Source: Jihad Watch, By Robert Spencer, August 22, 2022
The stabbing of Salman Rushdie by an open supporter of the Islamic Republic of Iran, who ingenuously explained that he attacked the famed writer because he “insulted Islam,” has put much of the Leftist intelligentsia in the West in a tough position. For years they’ve been insisting that any criticism of Islam, including any opposition to jihad violence, is “Islamophobic.” Even to stand against Sharia oppression of women is to manifest a “white savior complex.” Yet now the world’s most renowned insulter of Islam has been critically injured for it. How can a good Leftist stand with Rushdie and yet maintain his or her or xis credentials as a staunch foe of “Islamophobia”? The New Yorker has come to the rescue.
Longtime New Yorker staff writer Adam Gopnik begins by declaring that the attack on Rushdie was “triply horrific to contemplate,” because of its “sheer brutality and cruelty,” as well as “in the madness of its meaning and a reminder of the power of religious fanaticism to move people,” and “because it had seemed to those who knew him that the fatwa had faded in significance and threat.” Gopnik is most intent, however, on demonstrating that the attack didn’t even have the justification of being a response to blasphemy against Islam because Rushdie hadn’t really insulted Islam at all.
Gopnik thus notes that “the evil absurdity of the death sentence pronounced on Rushdie for having written a book actually more exploratory than sacrilegious—in no sense an anti-Muslim invective, but a kind of magical-realist meditation on themes from the Quran—was always obvious.” Gopnik then hastens to assure us that he doesn’t mean that Rushdie deserved to be attacked if he had actually written an “anti-Muslim invective: “Of course, Rushdie should have been equally invulnerable to persecution had he written an actual anti-Muslim—or an anti-Christian—diatribe, but, as it happens, he hadn’t.” OK, fine — but despite the fact that he has made his point, Gopnik continues to go out of his way to emphasize that neither Rushdie nor The Satanic Verses are anti-Islam.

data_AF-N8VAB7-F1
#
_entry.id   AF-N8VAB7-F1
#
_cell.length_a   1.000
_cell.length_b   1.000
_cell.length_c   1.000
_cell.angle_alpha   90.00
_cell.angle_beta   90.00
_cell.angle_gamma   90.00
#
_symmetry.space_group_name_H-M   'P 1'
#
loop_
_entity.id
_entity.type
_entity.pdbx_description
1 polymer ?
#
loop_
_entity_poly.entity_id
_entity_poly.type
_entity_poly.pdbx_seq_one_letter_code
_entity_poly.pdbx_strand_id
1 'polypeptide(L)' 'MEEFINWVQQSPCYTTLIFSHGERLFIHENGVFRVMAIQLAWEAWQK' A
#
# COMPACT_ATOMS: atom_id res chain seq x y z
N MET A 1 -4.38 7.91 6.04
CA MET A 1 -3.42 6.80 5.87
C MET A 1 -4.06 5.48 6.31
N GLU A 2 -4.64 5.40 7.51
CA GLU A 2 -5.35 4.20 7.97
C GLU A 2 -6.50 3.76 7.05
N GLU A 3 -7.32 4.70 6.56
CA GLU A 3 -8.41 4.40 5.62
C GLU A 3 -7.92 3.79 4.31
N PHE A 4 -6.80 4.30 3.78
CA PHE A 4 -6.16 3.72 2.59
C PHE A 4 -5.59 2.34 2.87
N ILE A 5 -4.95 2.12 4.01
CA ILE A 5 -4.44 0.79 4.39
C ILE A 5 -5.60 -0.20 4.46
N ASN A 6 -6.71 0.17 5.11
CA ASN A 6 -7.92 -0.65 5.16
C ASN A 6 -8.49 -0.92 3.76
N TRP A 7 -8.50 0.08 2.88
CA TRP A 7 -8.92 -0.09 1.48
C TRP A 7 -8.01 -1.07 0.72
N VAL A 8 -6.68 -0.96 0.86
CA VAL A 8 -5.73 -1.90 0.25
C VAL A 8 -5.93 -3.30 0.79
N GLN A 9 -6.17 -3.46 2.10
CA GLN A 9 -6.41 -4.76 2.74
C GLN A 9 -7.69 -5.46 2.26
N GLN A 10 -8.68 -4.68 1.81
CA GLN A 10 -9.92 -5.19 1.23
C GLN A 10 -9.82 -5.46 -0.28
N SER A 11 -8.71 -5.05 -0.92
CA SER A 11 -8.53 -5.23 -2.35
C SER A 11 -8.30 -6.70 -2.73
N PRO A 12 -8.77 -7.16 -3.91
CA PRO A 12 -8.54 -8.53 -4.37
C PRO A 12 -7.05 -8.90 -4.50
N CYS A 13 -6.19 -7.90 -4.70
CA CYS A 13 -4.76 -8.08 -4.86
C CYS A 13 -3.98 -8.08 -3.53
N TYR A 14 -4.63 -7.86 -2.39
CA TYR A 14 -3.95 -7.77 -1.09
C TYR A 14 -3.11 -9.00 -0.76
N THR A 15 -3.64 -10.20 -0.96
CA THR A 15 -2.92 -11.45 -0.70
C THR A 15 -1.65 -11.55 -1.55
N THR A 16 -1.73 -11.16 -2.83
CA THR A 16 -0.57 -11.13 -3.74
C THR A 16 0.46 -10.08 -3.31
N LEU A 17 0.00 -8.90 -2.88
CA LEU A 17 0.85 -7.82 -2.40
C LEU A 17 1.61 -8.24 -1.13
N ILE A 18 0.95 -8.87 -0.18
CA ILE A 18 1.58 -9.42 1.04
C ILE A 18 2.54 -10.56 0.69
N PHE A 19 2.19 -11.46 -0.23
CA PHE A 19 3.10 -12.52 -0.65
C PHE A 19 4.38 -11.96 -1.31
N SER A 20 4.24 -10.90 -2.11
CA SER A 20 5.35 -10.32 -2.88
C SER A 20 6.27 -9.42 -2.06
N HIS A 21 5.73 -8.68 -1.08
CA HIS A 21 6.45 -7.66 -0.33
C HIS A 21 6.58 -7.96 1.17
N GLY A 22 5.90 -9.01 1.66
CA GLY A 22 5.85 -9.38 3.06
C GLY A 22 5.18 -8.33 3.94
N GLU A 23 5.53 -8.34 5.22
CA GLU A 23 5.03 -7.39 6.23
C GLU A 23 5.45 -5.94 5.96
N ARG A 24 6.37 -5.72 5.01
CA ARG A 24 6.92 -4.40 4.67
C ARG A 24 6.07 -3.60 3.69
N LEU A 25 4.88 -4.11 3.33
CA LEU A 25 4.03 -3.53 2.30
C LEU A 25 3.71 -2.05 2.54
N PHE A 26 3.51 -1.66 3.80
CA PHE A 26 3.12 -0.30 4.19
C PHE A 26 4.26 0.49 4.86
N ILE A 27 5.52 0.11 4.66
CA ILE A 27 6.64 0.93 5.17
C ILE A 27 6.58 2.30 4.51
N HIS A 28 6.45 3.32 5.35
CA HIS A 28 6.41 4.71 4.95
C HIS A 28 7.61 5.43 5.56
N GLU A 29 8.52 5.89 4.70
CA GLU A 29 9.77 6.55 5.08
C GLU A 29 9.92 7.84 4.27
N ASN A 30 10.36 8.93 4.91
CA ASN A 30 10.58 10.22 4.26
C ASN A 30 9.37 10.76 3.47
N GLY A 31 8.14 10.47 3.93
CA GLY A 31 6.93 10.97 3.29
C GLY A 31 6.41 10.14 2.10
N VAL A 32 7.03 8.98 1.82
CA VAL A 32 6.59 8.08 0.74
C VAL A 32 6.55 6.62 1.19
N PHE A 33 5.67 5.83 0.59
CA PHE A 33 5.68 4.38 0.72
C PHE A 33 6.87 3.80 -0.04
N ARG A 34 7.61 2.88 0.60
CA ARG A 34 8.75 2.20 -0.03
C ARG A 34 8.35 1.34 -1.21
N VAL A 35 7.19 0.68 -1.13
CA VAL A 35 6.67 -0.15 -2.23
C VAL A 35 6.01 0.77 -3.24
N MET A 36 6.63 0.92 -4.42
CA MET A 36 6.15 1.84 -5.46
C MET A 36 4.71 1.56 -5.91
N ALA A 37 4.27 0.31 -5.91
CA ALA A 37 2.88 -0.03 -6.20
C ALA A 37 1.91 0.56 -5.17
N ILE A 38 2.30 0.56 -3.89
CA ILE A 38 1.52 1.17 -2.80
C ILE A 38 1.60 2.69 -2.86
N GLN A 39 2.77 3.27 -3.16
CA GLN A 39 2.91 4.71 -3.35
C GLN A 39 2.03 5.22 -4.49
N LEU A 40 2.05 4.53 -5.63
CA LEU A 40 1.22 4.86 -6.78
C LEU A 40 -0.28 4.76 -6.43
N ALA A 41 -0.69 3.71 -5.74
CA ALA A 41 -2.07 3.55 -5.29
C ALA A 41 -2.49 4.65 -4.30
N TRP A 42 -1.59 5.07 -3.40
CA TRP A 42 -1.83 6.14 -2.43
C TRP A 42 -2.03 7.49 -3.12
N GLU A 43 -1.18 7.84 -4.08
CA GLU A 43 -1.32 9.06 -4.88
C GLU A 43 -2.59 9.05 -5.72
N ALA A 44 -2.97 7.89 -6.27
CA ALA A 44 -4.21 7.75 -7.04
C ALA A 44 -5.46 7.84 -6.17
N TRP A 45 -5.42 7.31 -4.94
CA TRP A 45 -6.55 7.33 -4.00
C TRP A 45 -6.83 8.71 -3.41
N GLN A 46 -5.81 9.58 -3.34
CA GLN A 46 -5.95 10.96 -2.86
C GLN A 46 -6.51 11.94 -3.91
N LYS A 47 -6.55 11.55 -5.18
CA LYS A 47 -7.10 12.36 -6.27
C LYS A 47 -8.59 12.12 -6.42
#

The New York article then invokes Seyed Mohammad Marandi, “a figure involved in the U.S.-Iran nuclear negotiations,” who “announced on Twitter that he ‘won’t be shedding tears for a writer who spouts endless hatred & contempt for Muslims & Islam.’” Gopnik adds: “Of course, Rushdie did no such thing.”
Right. And not only that, but “we met when we walked through the great 1992 Matisse show at moma together, at the height of the threat, and he was full of delight in each painting as it passed, with a nice, fully developed if slightly ironic sense of how much Matisse had drawn on Islamic civilization, on Persian ornaments and North African textiles, for his inspiration.” So not only is Salman Rushdie not an “Islamophobe,” but Gopnik tells us this to show that Rushdie positively admires Islam and Islamic culture, with the unspoken “Isn’t that wonderful?” hovering in the air above the text.
There is more. Read the rest here.